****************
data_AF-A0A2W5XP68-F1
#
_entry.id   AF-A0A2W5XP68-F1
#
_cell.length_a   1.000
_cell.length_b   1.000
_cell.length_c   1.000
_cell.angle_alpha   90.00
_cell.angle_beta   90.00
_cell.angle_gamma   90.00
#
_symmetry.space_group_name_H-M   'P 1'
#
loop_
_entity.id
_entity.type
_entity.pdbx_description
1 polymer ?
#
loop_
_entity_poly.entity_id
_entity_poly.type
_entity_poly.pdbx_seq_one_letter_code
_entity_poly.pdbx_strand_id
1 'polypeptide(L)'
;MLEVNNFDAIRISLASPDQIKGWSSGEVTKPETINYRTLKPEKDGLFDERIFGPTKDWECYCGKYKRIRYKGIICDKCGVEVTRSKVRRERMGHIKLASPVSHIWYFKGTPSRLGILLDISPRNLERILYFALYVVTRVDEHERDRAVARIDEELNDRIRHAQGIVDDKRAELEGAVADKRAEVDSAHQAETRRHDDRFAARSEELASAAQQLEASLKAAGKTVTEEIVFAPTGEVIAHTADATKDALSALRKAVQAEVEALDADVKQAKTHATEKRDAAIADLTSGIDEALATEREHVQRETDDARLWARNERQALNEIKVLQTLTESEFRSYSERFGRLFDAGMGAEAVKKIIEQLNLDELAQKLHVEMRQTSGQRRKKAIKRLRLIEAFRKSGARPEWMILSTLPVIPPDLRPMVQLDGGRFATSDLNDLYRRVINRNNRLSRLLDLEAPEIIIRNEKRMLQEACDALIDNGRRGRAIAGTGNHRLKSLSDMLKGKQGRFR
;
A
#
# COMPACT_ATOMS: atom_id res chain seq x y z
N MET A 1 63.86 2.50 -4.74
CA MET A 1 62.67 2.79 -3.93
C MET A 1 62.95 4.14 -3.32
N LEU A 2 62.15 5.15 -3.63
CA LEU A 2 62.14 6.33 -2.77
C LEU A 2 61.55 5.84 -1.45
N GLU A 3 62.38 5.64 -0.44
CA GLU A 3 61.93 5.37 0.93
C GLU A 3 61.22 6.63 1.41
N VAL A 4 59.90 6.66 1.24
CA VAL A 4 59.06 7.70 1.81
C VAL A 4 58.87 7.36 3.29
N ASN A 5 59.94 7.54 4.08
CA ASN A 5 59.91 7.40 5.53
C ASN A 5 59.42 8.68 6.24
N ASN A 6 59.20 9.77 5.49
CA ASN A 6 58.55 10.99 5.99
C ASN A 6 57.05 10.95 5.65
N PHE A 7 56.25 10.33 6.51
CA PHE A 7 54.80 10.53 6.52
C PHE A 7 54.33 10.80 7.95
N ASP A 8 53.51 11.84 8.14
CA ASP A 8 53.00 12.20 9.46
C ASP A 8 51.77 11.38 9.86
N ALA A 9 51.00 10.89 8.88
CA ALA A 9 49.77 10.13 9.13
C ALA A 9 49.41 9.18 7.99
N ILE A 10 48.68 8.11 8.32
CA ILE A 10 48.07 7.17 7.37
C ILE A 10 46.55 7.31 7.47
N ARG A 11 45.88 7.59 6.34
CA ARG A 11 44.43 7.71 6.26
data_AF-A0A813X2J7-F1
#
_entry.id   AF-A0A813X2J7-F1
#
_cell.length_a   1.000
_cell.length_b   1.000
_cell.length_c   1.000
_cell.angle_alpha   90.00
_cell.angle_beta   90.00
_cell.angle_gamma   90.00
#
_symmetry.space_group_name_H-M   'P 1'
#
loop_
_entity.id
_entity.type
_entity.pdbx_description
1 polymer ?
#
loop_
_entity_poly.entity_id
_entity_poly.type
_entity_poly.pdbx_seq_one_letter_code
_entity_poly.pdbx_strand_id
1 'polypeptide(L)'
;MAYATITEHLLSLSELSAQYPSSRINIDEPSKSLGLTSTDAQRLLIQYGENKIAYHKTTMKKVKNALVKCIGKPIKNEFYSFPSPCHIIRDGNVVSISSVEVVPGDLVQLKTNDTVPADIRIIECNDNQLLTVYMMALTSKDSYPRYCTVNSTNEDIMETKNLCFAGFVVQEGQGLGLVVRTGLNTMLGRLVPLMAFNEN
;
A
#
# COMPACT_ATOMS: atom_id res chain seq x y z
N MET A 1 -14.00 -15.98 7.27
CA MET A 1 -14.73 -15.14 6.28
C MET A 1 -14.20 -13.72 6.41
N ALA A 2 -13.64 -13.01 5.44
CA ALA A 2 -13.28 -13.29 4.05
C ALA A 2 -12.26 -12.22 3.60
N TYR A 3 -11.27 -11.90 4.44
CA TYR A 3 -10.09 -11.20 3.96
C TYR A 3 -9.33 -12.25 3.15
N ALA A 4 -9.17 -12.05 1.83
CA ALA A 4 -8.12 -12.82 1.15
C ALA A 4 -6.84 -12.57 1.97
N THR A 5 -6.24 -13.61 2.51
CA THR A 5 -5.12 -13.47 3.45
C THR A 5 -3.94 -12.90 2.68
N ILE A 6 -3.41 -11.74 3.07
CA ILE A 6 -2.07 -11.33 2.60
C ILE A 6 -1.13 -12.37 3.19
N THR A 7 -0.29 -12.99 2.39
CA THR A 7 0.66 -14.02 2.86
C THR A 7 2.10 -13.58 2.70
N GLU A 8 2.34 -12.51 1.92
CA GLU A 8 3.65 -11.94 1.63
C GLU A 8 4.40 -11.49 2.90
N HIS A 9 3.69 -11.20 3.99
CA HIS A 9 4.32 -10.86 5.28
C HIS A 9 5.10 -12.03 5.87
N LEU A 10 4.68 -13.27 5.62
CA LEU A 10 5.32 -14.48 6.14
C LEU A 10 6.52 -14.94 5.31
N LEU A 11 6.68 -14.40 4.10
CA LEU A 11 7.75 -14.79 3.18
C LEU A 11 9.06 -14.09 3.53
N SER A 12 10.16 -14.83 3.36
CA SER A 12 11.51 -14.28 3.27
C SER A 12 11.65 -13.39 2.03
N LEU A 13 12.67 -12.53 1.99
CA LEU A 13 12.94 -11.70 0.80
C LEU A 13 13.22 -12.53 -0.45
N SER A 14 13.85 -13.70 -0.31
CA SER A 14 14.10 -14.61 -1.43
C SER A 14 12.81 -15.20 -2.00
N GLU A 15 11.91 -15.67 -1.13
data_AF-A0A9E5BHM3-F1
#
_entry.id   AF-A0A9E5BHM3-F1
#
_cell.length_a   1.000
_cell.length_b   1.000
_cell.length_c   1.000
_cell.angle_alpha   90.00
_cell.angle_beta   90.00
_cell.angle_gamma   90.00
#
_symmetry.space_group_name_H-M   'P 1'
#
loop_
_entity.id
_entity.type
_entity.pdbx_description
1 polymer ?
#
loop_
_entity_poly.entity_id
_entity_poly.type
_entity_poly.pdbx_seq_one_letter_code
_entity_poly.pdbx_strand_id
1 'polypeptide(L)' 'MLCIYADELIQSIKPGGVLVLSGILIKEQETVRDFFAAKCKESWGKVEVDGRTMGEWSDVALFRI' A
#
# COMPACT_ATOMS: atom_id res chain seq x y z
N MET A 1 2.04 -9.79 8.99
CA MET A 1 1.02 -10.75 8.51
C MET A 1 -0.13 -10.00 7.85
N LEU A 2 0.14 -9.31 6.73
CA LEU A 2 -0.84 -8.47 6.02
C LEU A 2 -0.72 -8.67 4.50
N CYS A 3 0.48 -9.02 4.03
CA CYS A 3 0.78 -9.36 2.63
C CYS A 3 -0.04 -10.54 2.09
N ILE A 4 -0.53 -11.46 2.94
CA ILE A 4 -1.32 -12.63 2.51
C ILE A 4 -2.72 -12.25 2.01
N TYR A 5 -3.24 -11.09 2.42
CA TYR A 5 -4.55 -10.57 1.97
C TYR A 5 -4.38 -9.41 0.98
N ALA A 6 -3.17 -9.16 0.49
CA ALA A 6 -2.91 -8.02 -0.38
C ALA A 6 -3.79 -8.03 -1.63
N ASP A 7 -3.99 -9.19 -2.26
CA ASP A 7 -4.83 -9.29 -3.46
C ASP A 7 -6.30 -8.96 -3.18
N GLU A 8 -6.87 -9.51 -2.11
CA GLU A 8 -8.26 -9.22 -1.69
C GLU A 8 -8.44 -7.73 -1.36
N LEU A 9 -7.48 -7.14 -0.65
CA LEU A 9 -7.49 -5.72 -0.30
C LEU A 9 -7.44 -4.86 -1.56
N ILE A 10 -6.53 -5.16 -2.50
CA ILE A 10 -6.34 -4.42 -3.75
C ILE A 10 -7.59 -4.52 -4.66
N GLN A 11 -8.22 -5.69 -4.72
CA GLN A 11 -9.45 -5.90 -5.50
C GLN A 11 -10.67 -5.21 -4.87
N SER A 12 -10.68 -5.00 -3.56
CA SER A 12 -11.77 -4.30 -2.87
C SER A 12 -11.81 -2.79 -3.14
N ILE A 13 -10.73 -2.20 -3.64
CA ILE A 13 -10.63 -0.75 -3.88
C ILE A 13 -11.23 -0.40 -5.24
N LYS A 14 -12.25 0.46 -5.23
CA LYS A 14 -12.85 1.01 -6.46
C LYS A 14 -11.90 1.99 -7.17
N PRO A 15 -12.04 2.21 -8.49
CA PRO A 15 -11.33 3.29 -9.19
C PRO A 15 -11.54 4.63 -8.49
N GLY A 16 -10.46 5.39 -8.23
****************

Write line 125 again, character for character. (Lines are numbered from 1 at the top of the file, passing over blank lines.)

C LEU A 11 9.06 -14.09 3.53